Gender Issue Alive in Literature

Seth has translated three women writers so far, says: ‘The absence of these women’s voices is a certain tragedy, gender-based tragedy.’

Published: 18th November 2014 06:09 AM  |   Last Updated: 18th November 2014 08:18 AM   |  A+A-

Gender 1

THIRUVANANTHAPURAM: Seth Michelson, a poet from the US who is at Kritya 2014 poetry festival being held in the city, has authored many poetry collections. He is also a translator, but one with a mission - he translates only the work of feminist women. Does feminist literature make literature more plural, or is it an unsavoury stamp which relegates women to a corner where they can be conveniently ignored? Some of the poets at Kritya respond to the question.

Augusta Laar, who is a visual artist, musician and a poet, felt there was discrimination in all three fields.

Gender 1.JPGHer reply to the ‘all-man world’ was an all-woman literary session which she called Schamrock-Salon der Dichterinnen. She started hosting these salons in Munich from 2009 onwards. Eventually, in 2012, it became a biennial festival where only women poets are invited. She applied for grants, approached cultural institutions, to garner the funds to invite the poets.

Her husband Kalle Laar supports her initiative. “The very fact that it is so successful proves the fact that it is necessary. There are various ways to respond to the issue. Augusta chose to do something about it,’’ he says.

However, Augusta feels her mission is far from being accomplished.

“Women are not published as much. They have less opportunities to perform. They also win less number of accolades, as all juries are headed mostly by men who give prizes to men,” she says.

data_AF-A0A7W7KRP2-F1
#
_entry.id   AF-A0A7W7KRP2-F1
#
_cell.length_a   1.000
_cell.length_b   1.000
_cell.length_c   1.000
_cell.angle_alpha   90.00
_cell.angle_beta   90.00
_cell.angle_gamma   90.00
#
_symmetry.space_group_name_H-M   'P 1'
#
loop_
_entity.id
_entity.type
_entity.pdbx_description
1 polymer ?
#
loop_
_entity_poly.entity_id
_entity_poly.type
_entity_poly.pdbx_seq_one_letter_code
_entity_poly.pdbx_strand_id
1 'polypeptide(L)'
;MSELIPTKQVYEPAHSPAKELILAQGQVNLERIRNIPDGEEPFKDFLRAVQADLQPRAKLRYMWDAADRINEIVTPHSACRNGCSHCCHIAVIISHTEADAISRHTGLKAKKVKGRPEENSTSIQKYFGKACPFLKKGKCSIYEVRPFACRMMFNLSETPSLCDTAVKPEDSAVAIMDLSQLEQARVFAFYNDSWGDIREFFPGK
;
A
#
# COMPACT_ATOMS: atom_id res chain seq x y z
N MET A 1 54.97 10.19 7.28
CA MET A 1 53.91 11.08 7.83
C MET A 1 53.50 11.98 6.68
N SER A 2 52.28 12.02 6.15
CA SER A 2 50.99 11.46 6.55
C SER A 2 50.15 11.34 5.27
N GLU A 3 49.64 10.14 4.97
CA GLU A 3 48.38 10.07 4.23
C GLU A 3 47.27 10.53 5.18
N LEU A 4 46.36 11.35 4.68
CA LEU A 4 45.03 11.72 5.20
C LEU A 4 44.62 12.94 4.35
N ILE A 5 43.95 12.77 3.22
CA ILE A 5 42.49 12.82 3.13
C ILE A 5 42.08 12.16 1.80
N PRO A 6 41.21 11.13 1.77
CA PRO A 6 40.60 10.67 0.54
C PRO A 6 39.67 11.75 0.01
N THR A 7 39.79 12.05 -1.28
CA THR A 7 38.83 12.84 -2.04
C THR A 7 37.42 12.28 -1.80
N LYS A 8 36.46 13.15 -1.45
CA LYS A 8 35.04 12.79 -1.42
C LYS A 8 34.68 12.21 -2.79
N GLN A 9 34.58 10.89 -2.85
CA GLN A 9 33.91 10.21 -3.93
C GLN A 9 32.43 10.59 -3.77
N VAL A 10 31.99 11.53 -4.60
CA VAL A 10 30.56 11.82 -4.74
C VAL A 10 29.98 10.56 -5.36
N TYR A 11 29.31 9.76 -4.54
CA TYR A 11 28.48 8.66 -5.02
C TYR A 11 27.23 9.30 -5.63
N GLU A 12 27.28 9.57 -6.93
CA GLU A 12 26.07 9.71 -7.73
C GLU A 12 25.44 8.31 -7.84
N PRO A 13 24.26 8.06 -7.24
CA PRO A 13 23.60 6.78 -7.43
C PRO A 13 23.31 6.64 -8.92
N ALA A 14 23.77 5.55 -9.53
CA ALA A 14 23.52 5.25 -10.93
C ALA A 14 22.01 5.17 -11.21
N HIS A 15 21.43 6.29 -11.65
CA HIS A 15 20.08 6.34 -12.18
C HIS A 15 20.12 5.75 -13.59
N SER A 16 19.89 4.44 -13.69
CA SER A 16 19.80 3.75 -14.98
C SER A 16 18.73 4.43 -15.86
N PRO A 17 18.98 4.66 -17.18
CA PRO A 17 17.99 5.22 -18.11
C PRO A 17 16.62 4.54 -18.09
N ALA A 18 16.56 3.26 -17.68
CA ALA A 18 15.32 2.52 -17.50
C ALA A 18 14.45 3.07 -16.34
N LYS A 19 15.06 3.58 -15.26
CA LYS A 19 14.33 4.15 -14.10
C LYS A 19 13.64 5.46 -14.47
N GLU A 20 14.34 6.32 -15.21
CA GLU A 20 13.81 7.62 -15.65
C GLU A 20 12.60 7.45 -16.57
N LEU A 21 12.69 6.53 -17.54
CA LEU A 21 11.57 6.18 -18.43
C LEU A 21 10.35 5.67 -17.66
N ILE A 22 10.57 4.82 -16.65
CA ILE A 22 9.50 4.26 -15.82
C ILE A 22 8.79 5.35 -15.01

Ingrid Fichtner, who came from Switzerland, agrees with Augusta. “In March 2014, I was invited to read my poetry at World Poetry Festival, at Sabad, Delhi, in the opening session. There were nine men and I was the only woman on the podium. It is very important that one talks about this. It is very important that there are these feminist women poets who fight for equal standing,” she says.

Seth, who has translated three women writers so far, says: “The absence of these women’s voices is a certain tragedy, gender-based tragedy.”

“As I bring their poems into me I can reproduce the sound of their writing. Also, through their writing, I can gain new insight into what it means to be in a gendered body that is always besieged by gendered stereotypes, gendered inequality and gendered injustice. So, I have a very special privilege,” he adds.

Does feminist literature make literature more plural?  Feminism is often derided. Kristian Guttesen from Iceland says: “One way to respond to a feminist issue, is to respond with a joke. Turn it into something absurd. Either the person is afraid or he does not understand it.”

One is too quick to note that the festival here does not have a balanced number of men and women. Festival director Rati Saxena says that it happens so. “Last time, there were more women. This time, three women poets cancelled their trip. So, the number of men is higher. However, I give more importance to the poetry,” she says.

Rati says that being a woman festival director, she had problems getting funds for the event. She, still sticks to the view that compartmentalisation of literature is not required. “When you give a room to a man and woman, they should both have access to the entire room, not a part of it,” she says. “Barefoot through Old Naledi Slums/ with the same undulant grace/ marks, scars visible on her face/ watching her cross garbage and excrement/ in Old Naledi Slums,” writes Berry Heart, one of the poets invited to the festival. Now would you call Berry a poet or a woman poet?

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